Henneberg Surface
The Henneberg surface was the first known non-orientable minimal surface, first discovered by 1875, by Lebrecht Henneberg.

Until the 1981 it was the only known non-orientable minimal surface.

The Henneberg surface is topologically equivalent to the
Cross-Cap Surface , thus is a representation of projective plane.

The Henneberg surface, rotating.
The Henneberg surface was often studied due to its branch points (i.e. derivative
of the parametrization is zero). Branch points make visualizations of the surface
difficult.

A parametrization:

x = 2 * sinh(u) * cos(v) - 2 * sinh(3 * u) * cos(3 * v) / 3
y = 2 * sinh(u) * sin(v) - 2 * sinh(3 * u) * sin(3 * v) / 3
z = 2 * cosh(2 * u) * cos(2 * v)
The Henneberg surface, plotted with increasingly larger domain.
Far away view of the Henneberg surface.
When looked far-away, it looks like
Enneper Surface .
View the surface as an image of the (Riemann) sphere,
then: antipodal points have the same image so that any halfsphere is mapped to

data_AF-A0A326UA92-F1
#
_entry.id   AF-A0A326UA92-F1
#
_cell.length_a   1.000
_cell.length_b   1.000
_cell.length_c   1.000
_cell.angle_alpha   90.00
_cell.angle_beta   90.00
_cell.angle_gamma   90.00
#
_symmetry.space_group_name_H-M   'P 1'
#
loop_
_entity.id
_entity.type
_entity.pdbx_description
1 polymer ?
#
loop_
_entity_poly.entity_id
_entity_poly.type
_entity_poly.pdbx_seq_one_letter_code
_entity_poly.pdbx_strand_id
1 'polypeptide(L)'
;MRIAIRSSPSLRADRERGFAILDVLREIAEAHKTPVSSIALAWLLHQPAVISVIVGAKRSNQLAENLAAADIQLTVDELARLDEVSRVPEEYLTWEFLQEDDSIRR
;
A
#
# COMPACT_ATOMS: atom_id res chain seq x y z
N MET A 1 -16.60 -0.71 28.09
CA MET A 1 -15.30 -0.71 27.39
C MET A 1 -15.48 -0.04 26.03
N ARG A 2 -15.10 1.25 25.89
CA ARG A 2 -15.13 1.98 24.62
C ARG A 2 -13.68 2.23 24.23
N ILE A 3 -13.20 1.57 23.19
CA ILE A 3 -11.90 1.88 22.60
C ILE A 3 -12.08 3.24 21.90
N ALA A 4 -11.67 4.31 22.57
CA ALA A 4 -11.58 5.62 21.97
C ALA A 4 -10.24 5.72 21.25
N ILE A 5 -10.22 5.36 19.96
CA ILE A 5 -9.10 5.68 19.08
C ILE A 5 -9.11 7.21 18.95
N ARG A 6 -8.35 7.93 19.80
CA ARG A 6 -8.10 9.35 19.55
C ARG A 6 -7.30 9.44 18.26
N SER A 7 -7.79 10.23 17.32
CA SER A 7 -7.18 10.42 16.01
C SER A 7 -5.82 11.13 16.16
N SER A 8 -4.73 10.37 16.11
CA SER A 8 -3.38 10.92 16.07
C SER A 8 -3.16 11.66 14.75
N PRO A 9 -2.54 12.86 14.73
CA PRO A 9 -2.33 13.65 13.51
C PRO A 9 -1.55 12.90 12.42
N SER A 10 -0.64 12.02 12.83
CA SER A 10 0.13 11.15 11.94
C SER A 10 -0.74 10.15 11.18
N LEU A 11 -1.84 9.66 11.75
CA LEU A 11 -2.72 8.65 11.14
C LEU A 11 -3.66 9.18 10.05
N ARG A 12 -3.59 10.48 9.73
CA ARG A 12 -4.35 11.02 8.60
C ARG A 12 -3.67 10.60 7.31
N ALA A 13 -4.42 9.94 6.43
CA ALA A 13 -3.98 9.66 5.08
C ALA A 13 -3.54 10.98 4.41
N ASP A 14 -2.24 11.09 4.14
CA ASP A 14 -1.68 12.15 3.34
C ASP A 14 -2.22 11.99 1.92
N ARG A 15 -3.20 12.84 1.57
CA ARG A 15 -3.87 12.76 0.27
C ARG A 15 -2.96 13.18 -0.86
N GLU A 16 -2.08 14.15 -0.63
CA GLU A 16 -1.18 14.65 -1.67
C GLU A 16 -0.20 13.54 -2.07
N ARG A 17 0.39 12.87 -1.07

the full Henneberg surface. The equator is mapped to the self-intersection
segment between the two branch points. The animation ends with cut-away views to
see the self-intersection better.
The Henneberg surface as image of the half sphere without the equator is two-sided:
we can color one side blue, the other orange. Along the self-intersection segment
the blue side connects up with the orange side so that the complete Enneper
surface is only one-sided. The Henneberg surface is an image of the projective
plane, so it is topologically the same as
Cross-Cap Surface
.
The conjugate of the Henneberg surface is twice as large, because the Henneberg
surface maps opposite points of the (Riemann) sphere to the same point in R^3
and the conjugate surface does not do that.
The Moebius band on the surface demonstrates that the surface is not orientable
(it has only one side).
Henneberg in wireframe, rotating.
Henneberg moebius cross-eyed stereogram.
CatalanHennebergScherk.pdf

3DXM Minimal Surfaces